By Evelyn Cairns
The corner of Fort Park Boulevard and Philomene is the new location of the annual Lincoln Park Farmer’s Market, which will be open every Sunday from 11 a.m. to 4 p.m. through Oct. 30.
The market features fresh produce and plants from Michigan farmers, plus honey, jams, eggs, herbs, a variety of specialty foods, plus handcrafted items including jewelry.
In addition, the Lincoln Park market will be one of eight in the metropolitan area offering the Fair Food Network’s “Double Up Food Bucks” program for Bridge card holders.
According to Farmer’s Market spokeswoman Leslie Lynch-Wilson, for every $2 that Bridge card holders spend on fresh food items at the market, they will receive $2 in Double Up Food Buck tokens, which can be redeemed for up to $20 per visit by the food vendors.
Lynch-Wilson is seeking volunteers and additional vendors at (313) 598-3137 or [email protected] .
The market is sponsored by the Fort Visger Community Development Corp., the Lincoln Park Downtown Development Authority and the Fair Food Network.
The market recently received a Building Healthy Communities grant from the Home Deport Foundation, which will be used to beautify the market area, Lynch-Wilson said.
Since 2007, the Farmer’s Market has attracted more than 5,000 shoppers every year, she added.
BASF offering Kids’ program
BASF Corp., whose local headquarters are in Wyandotte, has established a hands-on Kids’ Lab chemistry program at the Detroit Science Center.
In addition to learning about the role that chemistry plays in everyday life, participants will receive BASF lab aprons, prize packs and certificates of completion.
Marathon Petroleum Corp. is partnering with BASF in the program, which is designed for children 6 through 12 years old. It will be offered twice daily every other Saturday through March 2012. A list of dates is available at www.detroitsciencenter.org.
The program is free with general admission to the museum and open on a first-come, first-served basis. Each session is limited to 25 participants.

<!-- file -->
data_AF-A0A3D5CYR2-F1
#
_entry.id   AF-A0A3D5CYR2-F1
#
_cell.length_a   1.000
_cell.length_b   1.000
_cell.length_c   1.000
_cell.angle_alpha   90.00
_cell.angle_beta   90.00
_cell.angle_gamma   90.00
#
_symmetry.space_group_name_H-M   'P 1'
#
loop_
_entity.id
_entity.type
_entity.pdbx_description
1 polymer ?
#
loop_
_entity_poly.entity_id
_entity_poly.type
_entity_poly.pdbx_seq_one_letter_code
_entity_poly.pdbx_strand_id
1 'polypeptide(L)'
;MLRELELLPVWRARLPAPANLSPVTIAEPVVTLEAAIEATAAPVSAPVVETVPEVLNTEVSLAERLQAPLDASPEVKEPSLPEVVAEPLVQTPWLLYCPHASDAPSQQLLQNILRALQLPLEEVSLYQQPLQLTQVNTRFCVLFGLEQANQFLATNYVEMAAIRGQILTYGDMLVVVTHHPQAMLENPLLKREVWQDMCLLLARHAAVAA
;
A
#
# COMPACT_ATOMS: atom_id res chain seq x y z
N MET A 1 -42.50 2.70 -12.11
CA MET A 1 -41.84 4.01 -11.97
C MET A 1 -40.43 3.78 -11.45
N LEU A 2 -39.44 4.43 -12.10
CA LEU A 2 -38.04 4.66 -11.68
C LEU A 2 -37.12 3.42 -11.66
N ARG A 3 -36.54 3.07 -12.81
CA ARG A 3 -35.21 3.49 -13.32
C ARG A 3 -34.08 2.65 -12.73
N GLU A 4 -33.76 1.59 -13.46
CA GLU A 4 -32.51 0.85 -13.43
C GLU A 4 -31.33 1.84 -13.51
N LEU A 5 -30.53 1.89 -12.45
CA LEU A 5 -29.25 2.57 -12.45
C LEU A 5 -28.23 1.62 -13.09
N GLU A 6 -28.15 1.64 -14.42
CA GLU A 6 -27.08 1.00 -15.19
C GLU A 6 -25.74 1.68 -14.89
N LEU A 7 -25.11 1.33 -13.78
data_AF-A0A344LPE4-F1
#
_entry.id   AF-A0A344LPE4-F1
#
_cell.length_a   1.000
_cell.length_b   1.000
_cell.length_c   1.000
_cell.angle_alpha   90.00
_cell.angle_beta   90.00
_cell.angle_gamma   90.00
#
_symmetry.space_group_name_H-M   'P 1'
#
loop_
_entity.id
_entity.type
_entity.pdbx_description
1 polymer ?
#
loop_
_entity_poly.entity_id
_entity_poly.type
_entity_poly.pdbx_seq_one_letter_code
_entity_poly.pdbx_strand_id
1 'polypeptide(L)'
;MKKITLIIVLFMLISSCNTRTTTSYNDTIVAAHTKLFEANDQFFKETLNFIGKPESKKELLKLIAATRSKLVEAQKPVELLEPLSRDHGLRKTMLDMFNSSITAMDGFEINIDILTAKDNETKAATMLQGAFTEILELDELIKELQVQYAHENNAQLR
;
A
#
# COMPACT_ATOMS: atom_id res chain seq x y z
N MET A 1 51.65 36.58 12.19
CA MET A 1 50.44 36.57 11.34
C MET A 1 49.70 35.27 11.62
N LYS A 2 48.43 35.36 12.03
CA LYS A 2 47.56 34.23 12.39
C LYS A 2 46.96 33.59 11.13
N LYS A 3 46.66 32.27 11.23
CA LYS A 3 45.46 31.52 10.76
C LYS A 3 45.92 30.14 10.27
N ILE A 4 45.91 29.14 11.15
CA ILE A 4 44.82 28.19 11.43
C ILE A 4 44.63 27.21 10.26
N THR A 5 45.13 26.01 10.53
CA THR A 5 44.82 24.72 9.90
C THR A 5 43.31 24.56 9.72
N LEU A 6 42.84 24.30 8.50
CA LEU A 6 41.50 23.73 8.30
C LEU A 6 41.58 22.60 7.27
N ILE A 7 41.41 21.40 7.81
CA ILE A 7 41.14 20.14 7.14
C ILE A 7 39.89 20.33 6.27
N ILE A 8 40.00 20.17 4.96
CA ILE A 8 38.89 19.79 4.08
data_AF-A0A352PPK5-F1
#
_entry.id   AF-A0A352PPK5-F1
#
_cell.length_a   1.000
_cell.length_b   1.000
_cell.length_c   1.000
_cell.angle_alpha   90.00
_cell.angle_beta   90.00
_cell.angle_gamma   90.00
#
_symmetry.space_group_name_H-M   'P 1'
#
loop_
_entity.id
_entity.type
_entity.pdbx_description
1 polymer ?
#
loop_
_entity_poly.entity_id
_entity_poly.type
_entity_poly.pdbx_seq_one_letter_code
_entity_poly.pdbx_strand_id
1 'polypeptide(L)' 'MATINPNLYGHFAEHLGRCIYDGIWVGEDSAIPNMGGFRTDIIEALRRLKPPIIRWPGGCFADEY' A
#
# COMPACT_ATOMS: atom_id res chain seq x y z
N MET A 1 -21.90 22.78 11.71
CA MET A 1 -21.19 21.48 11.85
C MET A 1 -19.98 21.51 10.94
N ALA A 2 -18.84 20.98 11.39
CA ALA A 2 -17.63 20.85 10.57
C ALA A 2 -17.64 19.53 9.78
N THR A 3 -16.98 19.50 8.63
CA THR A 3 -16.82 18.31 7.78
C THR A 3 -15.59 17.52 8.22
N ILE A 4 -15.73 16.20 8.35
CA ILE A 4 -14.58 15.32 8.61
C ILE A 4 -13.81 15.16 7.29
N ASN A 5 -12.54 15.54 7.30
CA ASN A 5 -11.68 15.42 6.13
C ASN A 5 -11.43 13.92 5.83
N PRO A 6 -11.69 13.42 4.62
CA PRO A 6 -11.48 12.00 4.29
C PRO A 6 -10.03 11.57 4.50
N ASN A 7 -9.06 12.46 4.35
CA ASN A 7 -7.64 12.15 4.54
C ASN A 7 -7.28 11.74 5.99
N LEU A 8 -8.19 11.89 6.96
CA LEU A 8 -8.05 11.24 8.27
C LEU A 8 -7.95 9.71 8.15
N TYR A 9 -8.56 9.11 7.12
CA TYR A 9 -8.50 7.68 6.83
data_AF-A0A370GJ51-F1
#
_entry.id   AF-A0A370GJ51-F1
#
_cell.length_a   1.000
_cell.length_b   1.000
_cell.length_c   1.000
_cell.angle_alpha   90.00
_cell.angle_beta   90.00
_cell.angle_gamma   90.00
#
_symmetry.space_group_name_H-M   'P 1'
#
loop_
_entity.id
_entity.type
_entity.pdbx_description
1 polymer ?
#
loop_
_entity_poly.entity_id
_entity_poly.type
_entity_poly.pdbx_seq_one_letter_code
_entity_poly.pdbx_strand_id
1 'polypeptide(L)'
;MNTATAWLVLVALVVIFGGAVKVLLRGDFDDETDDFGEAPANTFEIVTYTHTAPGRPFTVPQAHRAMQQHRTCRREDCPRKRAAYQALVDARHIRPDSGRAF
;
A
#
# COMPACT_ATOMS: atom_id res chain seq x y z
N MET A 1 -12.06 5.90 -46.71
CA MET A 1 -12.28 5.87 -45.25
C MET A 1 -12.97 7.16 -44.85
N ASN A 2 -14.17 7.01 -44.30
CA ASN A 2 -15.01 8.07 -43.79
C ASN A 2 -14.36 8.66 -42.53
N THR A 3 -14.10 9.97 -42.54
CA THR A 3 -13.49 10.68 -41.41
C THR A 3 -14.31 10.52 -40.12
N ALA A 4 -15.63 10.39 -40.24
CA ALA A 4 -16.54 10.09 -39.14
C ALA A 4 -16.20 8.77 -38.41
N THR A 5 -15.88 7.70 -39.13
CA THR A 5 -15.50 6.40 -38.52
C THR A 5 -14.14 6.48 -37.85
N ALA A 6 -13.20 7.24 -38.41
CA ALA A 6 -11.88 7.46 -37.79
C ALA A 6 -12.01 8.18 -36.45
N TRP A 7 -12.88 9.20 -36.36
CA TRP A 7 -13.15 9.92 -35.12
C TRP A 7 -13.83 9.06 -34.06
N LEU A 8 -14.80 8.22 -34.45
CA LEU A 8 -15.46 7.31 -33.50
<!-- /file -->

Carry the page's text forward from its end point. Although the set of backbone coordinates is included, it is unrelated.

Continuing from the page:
For additional information, call (313) 577-8400 or go to the above website.
Coming up . . .
Through Sept. 5 — Display, “Discovering the Civil War” at The Henry Ford in Dearborn, featuring the most extensive exhibit of Civil War records every assembled; presented by the Center for the National Archives Experience and supported by the Foundation for the National Archives; admission to the exhibit is free with admission to the museum: $15, adults; $14, seniors; and $11, youths 5 through 12; children 4 and younger are free. For more information, call (313) 982-6001 or visit www.thehenryford.org.
May 26 — Dinner honoring Waltraud (Wally Prechter) for her advocacy work on behalf of those experiencing mental illness; 6 p.m. reception; 7 p.m. dinner; at the Glen Oaks Golf Course, 30500 W. 13 Mile Road, Farmington Hills; for tickets, $125 , and more information, call (248) 647-1711
June 4 — American Cancer Society Riverview Relay for Life; from 10 a.m. June 4 to 10 a.m. June 5 at Young Patriots’ Park, 14133 Civic Park Drive; food, fun, games, entertainment and luminaria ceremony; for more informa-tion, go to
www.relayforlife.org/riverviewmior, e-mail [email protected] or call (248) 663-3485.
June 4 — American Cancer Society Woodhaven Re-lay for Life; from 10 a.m. June 4 to 10 a.m. June 5 at Civic Center Park, on Hall Road off West Road; food, games, entertainment and luminaria ceremony; for more informa-tion, go to www.relayforlife.org/woodhavenmi, contact Angela Claxton at (734) 341-1152 or email [email protected]ancer.org.
June 10 — Leukemia & Lymphoma Society Bash 2001; 7 p.m. at the Weston Book Cadillac; honorees will be the society’s Boy & Girl of the Year and candidates for the society’s Michigan Chapter Man & Woman of the Year; Neal Rubin, Detroit News columnist, will be the master of ceremonies; for tickets ($150) and more information, call (248) 581-3903.